Sex and the sin­gle geezer

The Irish Times - Friday - The Ticket - - Film Reviews -

AS THE world changes, it con­tin­ues to re­main very much the same. Win­ter leads into spring. New growths dis­turb the earth. The days slowly be­gin to stretch out. Woody Allen re­leases a film about an old man fall­ing in love with a stupid young woman. It has been thus since hu­mans tilled the fields with hewn branches.

There is, of course, some­thing com­fort­ing about the reg­u­lar ar­rival of the lat­est Allen film (when they get a re­lease in these ter­ri­to­ries, that is). The oc­ca­sional catas­tro­phe such as Cas­san­dra’s Dream noted, Woody con­tin­ues to de­liver a mod­estly im­pres­sive hit rate of de­cent gags and knotty emo­tional co­nun­drums.

You Will Meet a Tall Dark Stranger is, putting it at its kind­est, some­thing of a mixed bag. Of the clut­ter of sto­ries roughly spliced to­gether, one is very amus­ing, two are pass­able and one is bor­der­line of­fen­sive.

Af­ter a wel­come re­turn to New York for last year’s What­ever Works, the di­rec­tor is back in his own weirdly clean, dis­con­cert­ingly un­der-pop­u­lated (ex­cept where celebri­ties are con­cerned) ver­sion of up­per-mid­dle-class Lon­don.

The plots hud­dle around the un­happy life of a pretty cou­ple given in­hu­man flesh by Naomi Watts and Josh Brolin. He is a blocked nov­el­ist. She is fall­ing for the sleek boss (An­to­nio Ban­deras do­ing An­ton­tio Ban­deras) of the gallery at which she has re­cently be­gun work. While fail­ing to write his next mas­ter­work, Josh lusts af­ter a pretty girl (Freida Pinto) who lives on the other side of the court­yard. Mean­while, Naomi’s dad, played by a dis­tracted An­thony Hop­kins, is mak­ing a fool of him­self with, yes, an id­iot (Lucy Punch) young enough to be his grand­daugh­ter. Other sub­plots abound.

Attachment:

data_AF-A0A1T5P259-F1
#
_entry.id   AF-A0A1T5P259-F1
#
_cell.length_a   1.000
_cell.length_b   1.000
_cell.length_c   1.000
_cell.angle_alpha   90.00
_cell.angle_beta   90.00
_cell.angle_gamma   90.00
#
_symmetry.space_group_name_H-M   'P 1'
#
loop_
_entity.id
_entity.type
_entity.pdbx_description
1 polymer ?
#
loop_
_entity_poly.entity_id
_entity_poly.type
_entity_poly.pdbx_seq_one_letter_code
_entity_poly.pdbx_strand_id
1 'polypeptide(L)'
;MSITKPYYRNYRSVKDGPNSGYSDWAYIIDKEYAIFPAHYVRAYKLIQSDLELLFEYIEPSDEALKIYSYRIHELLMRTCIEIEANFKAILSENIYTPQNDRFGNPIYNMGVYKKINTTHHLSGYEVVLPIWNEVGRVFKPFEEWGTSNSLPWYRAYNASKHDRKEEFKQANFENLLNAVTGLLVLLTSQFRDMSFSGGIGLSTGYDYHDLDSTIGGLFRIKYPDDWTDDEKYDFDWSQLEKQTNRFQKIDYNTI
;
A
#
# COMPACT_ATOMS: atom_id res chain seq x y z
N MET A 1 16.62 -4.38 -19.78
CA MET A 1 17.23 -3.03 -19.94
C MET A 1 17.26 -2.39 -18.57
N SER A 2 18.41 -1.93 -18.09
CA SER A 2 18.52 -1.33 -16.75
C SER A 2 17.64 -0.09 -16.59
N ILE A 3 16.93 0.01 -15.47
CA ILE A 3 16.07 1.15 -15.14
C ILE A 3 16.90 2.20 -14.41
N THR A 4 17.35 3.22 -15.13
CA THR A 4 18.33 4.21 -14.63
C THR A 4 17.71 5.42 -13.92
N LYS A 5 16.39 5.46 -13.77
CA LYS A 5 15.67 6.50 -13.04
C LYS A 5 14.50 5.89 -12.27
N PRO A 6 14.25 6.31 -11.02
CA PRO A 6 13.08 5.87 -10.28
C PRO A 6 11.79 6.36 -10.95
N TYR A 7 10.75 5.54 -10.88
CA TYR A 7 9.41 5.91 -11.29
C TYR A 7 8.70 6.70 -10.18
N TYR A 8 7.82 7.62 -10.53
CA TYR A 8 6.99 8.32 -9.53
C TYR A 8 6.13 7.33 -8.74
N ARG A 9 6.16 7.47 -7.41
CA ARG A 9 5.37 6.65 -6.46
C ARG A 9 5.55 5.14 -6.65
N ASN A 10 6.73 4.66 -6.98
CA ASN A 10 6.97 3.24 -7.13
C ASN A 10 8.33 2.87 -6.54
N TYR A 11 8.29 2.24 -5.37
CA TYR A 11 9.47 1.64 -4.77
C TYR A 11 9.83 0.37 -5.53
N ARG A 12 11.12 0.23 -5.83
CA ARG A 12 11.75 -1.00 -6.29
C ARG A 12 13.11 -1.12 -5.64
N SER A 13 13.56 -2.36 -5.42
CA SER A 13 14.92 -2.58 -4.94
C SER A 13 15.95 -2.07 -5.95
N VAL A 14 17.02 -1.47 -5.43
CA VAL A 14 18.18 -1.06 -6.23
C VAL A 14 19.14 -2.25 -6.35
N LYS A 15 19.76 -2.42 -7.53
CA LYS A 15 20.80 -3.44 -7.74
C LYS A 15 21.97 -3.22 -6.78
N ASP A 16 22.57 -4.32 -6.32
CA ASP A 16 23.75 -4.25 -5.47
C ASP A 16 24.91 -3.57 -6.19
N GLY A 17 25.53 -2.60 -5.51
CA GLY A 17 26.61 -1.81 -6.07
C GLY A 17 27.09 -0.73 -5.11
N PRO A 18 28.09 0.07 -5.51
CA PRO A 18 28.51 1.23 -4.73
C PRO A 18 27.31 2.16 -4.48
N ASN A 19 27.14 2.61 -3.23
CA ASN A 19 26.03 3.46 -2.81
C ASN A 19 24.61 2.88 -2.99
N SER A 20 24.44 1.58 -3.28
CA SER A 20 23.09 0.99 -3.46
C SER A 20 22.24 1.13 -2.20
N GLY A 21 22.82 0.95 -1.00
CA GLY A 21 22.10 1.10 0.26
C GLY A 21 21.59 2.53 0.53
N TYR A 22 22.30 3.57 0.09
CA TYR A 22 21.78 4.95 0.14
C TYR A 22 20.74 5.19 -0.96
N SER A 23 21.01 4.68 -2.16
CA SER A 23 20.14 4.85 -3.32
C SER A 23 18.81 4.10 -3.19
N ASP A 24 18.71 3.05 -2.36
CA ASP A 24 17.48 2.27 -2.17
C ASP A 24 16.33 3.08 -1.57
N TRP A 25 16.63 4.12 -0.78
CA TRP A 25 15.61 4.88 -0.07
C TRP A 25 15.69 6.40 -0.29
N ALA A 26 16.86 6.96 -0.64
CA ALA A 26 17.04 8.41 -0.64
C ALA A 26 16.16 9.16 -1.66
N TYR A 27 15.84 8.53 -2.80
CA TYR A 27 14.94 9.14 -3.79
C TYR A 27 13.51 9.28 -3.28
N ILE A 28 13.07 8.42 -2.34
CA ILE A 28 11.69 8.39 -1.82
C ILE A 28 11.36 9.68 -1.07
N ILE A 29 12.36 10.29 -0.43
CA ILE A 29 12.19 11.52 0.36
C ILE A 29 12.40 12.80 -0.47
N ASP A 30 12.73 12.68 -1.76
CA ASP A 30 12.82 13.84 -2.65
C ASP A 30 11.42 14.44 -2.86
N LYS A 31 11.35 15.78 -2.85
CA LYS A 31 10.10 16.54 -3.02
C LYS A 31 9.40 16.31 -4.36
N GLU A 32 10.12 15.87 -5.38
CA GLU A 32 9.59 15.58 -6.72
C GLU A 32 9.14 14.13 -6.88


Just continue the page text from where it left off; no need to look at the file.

One can put up with a few amoral char­ac­ters in a sex com­edy, but the con­sis­tent, un­re­lent­ing wretched­ness of the cir­cling phi­lan­der­ers in Dark Stranger fast be­comes ex­haust­ing. More se­ri­ously, the ut­ter dis­dain showed to­wards Hop­kins’s new part­ner – not only stupid, but also a pros­ti­tute – re­minds us of the un­healthy strand of misog­yny that runs through Allen’s work.

Still, there are rea­sons to stick with Dark Stranger (the ti­tle’s al­lu­sion to death is in­tended). One mi­nor plot finds Brolin rob­bing a man­u­script from a de­ceased au­thor and ped­dling it as his own. His fi­nal darkly hi­lar­i­ous reck­on­ing – a clas­sic Woody Allen mo­ment – de­serves po­si­tion­ing in a much bet­ter film.

Sucker Punch: Lucy turns old crock An­thony Hop­kins into a fool for love Di­rected by Woody Allen. Star­ring An­to­nio Ban­deras, Josh Brolin, An­thony Hop­kins, Gemma Jones, Freida Pinto, Lucy Punch, Naomi Watts, Pauline Collins, Anna Friel

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